Marble Stays the Course


Malisani explains, that for the common areas, Stam’s crew removed some of the panels as they were doing demolition.

“There’s work that has to be done as far as the wall placements,” Malisani says. “They’ve taken some of the cladding off and we’ve helped them. Then, we take it to the shop, clean it up a bit, cut it if we need to, and then reinstall it to match the existing stone.”

200 fountain beforeClick photo to enlargeMalisani adds that the marble for the building is a white from the Danby quarries in Vermont. It’s a stone he’s seen before in other, older Great Falls buildings.

“We re-did some of the same thing in another building about two blocks away,” he says. “In that case, they had done some previous remodeling where they had taken a wall that had been partly covered in marble and removed it. That left a side of the elevator exposed, and we came in and restored it.”

Fortunately, in that case, the removed marble had simply been stored in the basement, and the Malisani crew did some cleaning and cutting before reinstalling it.

“You can’t even tell the difference,” he says.

Malisani adds that the use of the same stone in both buildings suggests they may have been designed by the same architect.

The Montana Building, now known as Lofts at 503 for its address, presented its own challenges. Some were easy, where the stone is removed and then replaced – as when plumbing work needed to be done behind a water fountain in the lobby.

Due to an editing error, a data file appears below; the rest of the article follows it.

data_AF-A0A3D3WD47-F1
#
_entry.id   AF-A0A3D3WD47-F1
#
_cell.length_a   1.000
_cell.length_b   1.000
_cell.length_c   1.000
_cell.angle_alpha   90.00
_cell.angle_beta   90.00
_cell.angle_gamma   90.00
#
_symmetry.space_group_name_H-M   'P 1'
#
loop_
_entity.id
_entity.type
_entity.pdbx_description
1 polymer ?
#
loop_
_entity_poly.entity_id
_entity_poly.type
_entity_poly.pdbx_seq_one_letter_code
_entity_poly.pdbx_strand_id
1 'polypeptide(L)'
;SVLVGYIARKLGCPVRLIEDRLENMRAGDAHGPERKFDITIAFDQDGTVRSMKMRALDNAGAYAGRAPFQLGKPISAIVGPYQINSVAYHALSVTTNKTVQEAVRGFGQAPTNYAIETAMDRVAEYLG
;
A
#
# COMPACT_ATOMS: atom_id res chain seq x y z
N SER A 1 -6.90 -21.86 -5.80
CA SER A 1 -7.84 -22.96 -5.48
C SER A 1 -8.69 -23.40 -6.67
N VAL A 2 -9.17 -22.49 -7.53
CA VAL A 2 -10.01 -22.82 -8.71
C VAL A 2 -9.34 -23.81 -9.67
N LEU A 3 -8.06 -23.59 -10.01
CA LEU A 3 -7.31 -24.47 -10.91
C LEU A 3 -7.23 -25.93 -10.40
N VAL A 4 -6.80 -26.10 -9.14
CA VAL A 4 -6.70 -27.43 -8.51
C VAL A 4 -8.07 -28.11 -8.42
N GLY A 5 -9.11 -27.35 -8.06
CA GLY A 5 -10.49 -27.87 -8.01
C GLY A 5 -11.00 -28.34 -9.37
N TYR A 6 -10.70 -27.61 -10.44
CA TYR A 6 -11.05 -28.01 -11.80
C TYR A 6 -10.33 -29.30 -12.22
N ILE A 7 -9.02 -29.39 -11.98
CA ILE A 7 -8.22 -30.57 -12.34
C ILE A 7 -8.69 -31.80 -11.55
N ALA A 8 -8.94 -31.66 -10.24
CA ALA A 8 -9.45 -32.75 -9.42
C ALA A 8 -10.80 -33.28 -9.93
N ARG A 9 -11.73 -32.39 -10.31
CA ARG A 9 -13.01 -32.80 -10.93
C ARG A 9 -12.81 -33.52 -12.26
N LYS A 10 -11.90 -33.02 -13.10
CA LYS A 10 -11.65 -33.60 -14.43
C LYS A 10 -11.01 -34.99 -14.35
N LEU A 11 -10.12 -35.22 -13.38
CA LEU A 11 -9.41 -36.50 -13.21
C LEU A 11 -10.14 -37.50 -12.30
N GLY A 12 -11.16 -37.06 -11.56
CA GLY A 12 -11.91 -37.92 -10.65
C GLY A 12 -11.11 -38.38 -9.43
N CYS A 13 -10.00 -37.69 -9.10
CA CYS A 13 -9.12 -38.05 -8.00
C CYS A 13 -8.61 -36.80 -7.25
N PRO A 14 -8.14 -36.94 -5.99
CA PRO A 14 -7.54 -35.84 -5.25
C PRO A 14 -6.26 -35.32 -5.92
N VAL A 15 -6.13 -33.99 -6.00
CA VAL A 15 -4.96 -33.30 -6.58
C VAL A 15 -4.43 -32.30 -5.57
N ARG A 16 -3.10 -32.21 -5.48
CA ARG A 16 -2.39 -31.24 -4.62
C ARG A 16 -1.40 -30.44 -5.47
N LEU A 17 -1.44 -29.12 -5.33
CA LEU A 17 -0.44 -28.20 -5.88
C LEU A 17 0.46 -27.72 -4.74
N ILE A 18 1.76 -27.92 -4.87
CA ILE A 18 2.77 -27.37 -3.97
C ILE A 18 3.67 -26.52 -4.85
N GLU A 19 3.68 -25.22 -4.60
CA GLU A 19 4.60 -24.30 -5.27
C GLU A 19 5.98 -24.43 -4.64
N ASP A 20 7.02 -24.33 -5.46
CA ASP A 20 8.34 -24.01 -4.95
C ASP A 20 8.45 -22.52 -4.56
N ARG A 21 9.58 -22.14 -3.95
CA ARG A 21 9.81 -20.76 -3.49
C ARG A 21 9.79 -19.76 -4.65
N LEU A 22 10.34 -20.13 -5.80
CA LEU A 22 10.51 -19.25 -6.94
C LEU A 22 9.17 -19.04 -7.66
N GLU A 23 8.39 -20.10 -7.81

In that case, the marble pieces were removed carefully, and then refitted to the space after the work was completed.

“With some of the areas, we have to accommodate a different type of building,” he explains. “The building was all originally masonry construction, but the new areas are being done using 2” X 4” framing to interior construction standards. In those cases, we had to create a metal lathe pocket that will hold the plaster and hold the anchors so the stone can adjust with the building.”

Regardless of the complexity of each aspect of the marble restoration, Malisani says the job has generally been a pleasure.200 4897Click photo to enlarge

“These kinds of jobs are fun,” he says. “It’s also interesting because the installation methods are all still the same. We tear these panels off and they’ve got plaster behind them, but they’re installed in the exact same way we do it now; we just have better tools for doing it.”

And, he adds, it’s easy to argue that the stone is also the ultimate green alternative when it can be reinstalled and reused after 80-plus years.

“It all looks fantastic,” says owner Stam. “When you walk down the hallways, it all blends in, and you wouldn’t be able to tell that we’d done anything.”

While work goes on with completing the upstairs condos, Stam also plans to redo the commercial space on the ground floor. He believes new tenants there will also change the feel of the building, which boasts its own underground parking.

Ultimately, he sees his building as a haven for everyone from young professionals to retirees seeking the appeal of its downtown location.

And, then, of course, there’s the building itself – and the design features that first drew Stam’s eye almost 20 years ago.

“When you walk in the lobby and walk up the staircase and there’s a huge amount of terrazzo and marble, well, if you lost that, you’re lose the whole feel for the building,” he concludes. “We wanted to keep that and it looks really, really good.”


The Lofts at 503, Great Falls, Mont.
Owner/contractor: Aspen Homes & Development LLC, Coeur d’Alene, Idaho
Stone contractor: Malisani Inc., Great Falls, Mont.

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